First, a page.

Trauma responses typically make sense when you understand their origin. Several years ago, during the ice storm we had here in Fort Worth my pipes froze solid. It took over 10 days for the ice to thaw and the multiple pipes to be fixed. During that time I was stuck at my apartment. Running water, which had always been something I took for granted, was not existent.
Fortunately, I had a couple cases of bottled water I could use while the water was out. As time went on the water began to run low. You don’t realize how important water is until you don’t have any. Think of all the times a day that you use water: drinking, washing, shaving, flushing the toilet. I got a hotel room for a couple days just so I could take a shower.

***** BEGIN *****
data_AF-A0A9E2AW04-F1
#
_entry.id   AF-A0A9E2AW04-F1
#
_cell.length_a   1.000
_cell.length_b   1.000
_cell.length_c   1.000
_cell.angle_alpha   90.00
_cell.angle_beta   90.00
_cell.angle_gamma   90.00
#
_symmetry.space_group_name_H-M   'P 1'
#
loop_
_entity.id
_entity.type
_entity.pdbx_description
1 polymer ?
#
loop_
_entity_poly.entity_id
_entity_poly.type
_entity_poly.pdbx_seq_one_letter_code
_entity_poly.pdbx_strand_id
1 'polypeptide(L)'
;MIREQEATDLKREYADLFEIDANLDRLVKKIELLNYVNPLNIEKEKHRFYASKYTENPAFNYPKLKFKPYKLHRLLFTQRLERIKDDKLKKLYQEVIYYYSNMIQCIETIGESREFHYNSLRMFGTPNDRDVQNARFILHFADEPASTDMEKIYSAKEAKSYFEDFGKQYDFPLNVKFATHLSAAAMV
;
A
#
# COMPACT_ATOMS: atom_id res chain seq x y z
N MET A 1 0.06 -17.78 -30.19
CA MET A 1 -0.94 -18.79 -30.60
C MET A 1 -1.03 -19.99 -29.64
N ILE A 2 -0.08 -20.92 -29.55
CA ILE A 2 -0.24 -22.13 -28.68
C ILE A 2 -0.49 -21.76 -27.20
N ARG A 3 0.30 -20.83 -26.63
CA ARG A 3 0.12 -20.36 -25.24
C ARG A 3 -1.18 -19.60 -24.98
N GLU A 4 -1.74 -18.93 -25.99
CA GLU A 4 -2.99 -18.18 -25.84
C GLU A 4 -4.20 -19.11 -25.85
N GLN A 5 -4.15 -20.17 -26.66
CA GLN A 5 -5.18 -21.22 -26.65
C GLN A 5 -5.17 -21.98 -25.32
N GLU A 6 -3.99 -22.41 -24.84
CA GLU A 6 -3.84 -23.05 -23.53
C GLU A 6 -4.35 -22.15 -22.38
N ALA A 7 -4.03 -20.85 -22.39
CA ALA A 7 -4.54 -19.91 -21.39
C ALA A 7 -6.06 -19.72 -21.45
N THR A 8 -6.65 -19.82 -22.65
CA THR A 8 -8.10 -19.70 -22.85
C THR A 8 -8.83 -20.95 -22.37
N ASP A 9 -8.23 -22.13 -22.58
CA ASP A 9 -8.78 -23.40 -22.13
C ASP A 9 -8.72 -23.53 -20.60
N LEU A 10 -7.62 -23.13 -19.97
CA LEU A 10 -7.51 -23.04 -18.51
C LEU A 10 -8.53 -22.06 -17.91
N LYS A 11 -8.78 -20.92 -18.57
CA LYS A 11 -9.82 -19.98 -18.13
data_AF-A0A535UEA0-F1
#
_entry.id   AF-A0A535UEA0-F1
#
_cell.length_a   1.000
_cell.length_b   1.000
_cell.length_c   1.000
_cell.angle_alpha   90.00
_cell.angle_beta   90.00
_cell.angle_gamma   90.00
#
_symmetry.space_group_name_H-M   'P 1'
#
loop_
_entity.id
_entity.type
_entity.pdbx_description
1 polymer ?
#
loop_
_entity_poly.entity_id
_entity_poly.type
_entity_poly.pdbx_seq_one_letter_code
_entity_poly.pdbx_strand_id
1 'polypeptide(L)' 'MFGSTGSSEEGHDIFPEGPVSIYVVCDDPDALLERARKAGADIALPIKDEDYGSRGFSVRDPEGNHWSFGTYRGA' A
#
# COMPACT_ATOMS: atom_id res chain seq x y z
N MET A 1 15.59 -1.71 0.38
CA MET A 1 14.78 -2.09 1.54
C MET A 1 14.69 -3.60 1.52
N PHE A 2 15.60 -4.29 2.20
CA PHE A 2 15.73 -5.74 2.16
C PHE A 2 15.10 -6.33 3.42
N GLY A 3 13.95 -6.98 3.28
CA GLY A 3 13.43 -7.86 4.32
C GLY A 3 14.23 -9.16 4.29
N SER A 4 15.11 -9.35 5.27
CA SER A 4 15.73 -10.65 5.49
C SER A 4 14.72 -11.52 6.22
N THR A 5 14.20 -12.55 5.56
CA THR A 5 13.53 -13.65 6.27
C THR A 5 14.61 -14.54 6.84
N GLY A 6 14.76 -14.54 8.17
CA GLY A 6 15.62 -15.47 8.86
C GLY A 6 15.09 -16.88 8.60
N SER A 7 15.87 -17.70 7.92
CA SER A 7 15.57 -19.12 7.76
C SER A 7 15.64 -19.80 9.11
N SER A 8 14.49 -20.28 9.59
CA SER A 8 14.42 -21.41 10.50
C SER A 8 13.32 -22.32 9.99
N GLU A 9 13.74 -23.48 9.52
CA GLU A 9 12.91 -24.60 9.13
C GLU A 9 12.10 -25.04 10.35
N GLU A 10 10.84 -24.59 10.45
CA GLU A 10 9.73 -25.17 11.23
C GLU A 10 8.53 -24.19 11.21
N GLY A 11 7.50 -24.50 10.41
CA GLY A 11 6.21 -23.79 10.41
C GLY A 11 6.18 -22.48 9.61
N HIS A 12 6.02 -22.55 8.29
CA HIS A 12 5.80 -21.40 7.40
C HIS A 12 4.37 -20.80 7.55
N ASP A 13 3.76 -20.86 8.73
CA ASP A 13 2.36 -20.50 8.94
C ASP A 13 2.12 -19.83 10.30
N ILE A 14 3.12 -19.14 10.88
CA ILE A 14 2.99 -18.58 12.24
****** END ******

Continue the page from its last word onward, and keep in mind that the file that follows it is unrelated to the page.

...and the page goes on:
About the third day flushing the toilet became the priority. During this time, I found out that it takes 20, ½ liter bottles of water to flush my toilet completely. This was shocking. Thankfully I didn’t need to flush the toilet very often.
I made it through the ice storm without any major injury. In fact, once the ice had thawed, I assumed any after affects had melted away with the ice.
And then I started to order water.
Once things got back to normal, the following week I ordered my groceries with one exception. I ordered two cases of water. At the time this made sense. I needed to replenish the water I had used in the freeze.
But then the following week when I ordered groceries, and I ordered more cases of water. I continued to do each week I ordered my groceries for the next 2 months.
Before I realized what was happening, I had 12 cases of water in my home.
Ordering the water was an overreaction in an attempt to protect myself. Trauma does that to us. When we understands our trauma response as a natural way of our bodies protecting ourselves we can be more understanding to ourselves and our reactions.